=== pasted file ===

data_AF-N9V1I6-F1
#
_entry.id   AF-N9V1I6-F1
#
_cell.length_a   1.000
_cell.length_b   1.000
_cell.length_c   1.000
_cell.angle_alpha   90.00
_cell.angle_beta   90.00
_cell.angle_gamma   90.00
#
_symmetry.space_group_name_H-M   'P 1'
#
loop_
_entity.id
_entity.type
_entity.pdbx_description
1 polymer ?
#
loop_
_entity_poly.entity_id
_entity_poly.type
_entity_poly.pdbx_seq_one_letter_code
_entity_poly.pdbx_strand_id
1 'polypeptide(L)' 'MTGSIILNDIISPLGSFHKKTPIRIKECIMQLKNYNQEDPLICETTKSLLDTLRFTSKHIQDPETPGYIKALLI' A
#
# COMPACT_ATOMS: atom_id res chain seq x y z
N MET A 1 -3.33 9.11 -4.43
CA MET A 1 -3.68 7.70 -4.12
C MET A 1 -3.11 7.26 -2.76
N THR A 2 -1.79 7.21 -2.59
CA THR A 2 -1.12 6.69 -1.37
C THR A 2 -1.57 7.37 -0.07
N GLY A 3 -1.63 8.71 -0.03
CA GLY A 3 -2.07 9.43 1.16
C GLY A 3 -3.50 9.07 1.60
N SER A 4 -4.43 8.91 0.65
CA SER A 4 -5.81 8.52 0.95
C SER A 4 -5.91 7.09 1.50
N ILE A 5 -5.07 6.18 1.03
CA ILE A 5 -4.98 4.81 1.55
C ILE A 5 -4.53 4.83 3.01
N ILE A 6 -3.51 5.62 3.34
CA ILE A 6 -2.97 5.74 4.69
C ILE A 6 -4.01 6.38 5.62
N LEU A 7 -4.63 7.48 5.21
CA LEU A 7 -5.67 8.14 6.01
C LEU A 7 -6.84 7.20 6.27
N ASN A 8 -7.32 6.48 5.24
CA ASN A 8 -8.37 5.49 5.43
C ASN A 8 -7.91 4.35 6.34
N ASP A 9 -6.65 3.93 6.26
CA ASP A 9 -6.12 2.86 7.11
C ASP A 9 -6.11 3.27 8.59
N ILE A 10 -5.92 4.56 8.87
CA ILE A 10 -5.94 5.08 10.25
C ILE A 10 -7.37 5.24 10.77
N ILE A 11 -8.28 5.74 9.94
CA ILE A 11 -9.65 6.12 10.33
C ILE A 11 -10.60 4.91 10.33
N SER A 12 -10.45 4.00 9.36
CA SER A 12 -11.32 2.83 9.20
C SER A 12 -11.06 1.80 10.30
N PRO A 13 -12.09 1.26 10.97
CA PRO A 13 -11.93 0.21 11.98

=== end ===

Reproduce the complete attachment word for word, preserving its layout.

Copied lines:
data_AF-N9V1I6-F1
#
_entry.id   AF-N9V1I6-F1
#
_cell.length_a   1.000
_cell.length_b   1.000
_cell.length_c   1.000
_cell.angle_alpha   90.00
_cell.angle_beta   90.00
_cell.angle_gamma   90.00
#
_symmetry.space_group_name_H-M   'P 1'
#
loop_
_entity.id
_entity.type
_entity.pdbx_description
1 polymer ?
#
loop_
_entity_poly.entity_id
_entity_poly.type
_entity_poly.pdbx_seq_one_letter_code
_entity_poly.pdbx_strand_id
1 'polypeptide(L)' 'MTGSIILNDIISPLGSFHKKTPIRIKECIMQLKNYNQEDPLICETTKSLLDTLRFTSKHIQDPETPGYIKALLI' A
#
# COMPACT_ATOMS: atom_id res chain seq x y z
N MET A 1 -3.33 9.11 -4.43
CA MET A 1 -3.68 7.70 -4.12
C MET A 1 -3.11 7.26 -2.76
N THR A 2 -1.79 7.21 -2.59
CA THR A 2 -1.12 6.69 -1.37
C THR A 2 -1.57 7.37 -0.07
N GLY A 3 -1.63 8.71 -0.03
CA GLY A 3 -2.07 9.43 1.16
C GLY A 3 -3.50 9.07 1.60
N SER A 4 -4.43 8.91 0.65
CA SER A 4 -5.81 8.52 0.95
C SER A 4 -5.91 7.09 1.50
N ILE A 5 -5.07 6.18 1.03
CA ILE A 5 -4.98 4.81 1.55
C ILE A 5 -4.53 4.83 3.01
N ILE A 6 -3.51 5.62 3.34
CA ILE A 6 -2.97 5.74 4.69
C ILE A 6 -4.01 6.38 5.62
N LEU A 7 -4.63 7.48 5.21
CA LEU A 7 -5.67 8.14 6.01
C LEU A 7 -6.84 7.20 6.27
N ASN A 8 -7.32 6.48 5.24
CA ASN A 8 -8.37 5.49 5.43
C ASN A 8 -7.91 4.35 6.34
N ASP A 9 -6.65 3.93 6.26
CA ASP A 9 -6.12 2.86 7.11
C ASP A 9 -6.11 3.27 8.59
N ILE A 10 -5.92 4.56 8.87
CA ILE A 10 -5.94 5.08 10.25
C ILE A 10 -7.37 5.24 10.77
N ILE A 11 -8.28 5.74 9.94
CA ILE A 11 -9.65 6.12 10.33
C ILE A 11 -10.60 4.91 10.33
N SER A 12 -10.45 4.00 9.36
CA SER A 12 -11.32 2.83 9.20
C SER A 12 -11.06 1.80 10.30
N PRO A 13 -12.09 1.26 10.97
CA PRO A 13 -11.93 0.21 11.98